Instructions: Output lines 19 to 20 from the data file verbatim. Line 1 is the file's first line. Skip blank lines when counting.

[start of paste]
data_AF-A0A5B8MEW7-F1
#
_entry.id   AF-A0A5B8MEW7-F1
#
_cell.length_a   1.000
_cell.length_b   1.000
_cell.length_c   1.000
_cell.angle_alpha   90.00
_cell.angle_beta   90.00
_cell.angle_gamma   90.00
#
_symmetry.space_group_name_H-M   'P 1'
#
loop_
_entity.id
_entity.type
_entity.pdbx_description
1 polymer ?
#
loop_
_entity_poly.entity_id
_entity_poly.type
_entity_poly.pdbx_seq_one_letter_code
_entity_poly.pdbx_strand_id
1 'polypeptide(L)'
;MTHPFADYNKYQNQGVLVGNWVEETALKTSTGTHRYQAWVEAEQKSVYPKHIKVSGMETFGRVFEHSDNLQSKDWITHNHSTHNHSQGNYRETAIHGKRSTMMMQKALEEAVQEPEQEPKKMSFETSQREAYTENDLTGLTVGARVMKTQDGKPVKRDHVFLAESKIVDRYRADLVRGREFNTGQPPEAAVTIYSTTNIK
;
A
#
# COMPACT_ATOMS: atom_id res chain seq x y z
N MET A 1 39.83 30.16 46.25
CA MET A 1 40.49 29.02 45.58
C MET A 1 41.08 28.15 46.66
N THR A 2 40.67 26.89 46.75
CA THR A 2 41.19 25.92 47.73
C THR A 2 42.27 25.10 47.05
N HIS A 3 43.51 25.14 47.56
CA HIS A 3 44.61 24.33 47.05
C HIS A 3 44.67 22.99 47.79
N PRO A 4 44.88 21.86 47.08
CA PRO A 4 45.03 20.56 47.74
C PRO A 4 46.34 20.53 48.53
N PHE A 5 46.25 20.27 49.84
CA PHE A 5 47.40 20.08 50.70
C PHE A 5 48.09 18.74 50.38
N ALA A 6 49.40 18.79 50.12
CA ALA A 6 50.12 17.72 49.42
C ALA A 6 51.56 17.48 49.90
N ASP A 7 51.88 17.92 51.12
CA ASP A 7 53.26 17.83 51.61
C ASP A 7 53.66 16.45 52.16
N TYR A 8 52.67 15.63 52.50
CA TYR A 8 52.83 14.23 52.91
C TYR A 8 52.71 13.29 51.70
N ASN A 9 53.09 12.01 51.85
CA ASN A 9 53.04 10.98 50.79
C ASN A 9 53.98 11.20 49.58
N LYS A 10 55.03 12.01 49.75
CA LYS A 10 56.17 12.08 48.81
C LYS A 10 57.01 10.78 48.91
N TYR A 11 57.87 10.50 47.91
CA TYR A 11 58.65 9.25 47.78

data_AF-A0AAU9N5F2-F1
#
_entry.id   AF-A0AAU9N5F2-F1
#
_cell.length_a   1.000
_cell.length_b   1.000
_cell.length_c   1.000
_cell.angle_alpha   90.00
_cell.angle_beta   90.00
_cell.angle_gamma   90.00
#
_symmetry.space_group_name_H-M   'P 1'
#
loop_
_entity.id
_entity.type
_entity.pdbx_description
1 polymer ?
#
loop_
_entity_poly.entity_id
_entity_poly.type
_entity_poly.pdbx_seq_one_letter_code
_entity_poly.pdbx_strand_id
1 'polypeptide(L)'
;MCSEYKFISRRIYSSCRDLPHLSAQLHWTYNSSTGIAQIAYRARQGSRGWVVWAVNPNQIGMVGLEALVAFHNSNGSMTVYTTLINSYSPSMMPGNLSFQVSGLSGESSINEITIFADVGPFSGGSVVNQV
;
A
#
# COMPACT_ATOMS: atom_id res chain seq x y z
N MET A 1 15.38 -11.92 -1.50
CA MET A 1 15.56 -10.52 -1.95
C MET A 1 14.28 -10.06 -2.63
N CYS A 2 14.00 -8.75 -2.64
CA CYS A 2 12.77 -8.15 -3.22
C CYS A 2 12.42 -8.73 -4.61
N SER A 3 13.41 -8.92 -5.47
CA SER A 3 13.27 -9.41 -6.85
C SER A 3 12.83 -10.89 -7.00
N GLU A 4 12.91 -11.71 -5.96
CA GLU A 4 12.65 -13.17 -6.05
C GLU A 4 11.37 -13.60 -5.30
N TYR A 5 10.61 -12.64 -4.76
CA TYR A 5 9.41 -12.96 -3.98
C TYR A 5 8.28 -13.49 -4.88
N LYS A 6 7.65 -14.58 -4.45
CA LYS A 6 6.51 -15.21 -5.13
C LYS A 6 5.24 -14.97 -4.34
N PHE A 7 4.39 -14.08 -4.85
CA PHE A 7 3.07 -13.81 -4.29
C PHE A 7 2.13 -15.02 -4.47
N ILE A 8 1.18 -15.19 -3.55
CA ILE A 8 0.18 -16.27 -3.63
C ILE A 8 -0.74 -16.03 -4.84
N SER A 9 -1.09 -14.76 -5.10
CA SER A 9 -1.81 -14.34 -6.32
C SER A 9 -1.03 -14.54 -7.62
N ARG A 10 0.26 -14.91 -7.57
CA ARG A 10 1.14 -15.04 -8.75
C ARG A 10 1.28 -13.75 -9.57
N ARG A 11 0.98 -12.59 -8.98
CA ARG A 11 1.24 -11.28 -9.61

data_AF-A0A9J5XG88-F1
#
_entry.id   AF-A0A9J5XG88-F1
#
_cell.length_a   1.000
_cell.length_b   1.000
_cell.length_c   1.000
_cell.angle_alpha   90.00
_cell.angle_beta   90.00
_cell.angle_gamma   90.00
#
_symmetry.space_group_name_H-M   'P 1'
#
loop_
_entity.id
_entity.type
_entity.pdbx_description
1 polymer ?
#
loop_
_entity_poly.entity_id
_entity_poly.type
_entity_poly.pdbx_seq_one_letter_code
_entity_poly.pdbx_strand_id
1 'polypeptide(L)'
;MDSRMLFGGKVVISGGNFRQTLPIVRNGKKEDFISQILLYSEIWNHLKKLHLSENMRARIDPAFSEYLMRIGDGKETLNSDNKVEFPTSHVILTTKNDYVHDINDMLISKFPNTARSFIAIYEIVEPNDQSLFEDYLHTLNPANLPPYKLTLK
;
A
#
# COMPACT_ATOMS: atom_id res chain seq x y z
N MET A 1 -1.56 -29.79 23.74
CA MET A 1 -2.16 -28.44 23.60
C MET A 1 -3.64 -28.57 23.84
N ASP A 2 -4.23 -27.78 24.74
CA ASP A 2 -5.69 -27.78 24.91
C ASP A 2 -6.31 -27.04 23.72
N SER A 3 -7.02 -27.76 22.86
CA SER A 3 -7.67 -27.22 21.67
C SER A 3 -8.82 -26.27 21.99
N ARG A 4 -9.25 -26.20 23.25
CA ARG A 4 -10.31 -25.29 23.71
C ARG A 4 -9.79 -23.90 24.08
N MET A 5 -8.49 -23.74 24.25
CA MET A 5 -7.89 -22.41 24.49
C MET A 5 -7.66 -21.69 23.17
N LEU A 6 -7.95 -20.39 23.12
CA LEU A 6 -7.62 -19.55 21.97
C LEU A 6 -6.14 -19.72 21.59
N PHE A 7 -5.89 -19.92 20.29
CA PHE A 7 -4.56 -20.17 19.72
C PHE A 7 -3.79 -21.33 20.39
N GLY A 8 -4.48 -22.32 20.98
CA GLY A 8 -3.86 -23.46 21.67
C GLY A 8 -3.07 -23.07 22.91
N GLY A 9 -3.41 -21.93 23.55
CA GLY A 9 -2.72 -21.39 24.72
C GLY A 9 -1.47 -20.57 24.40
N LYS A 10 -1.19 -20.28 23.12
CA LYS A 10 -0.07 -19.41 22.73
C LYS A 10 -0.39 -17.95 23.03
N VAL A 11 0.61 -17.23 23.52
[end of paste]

#
loop_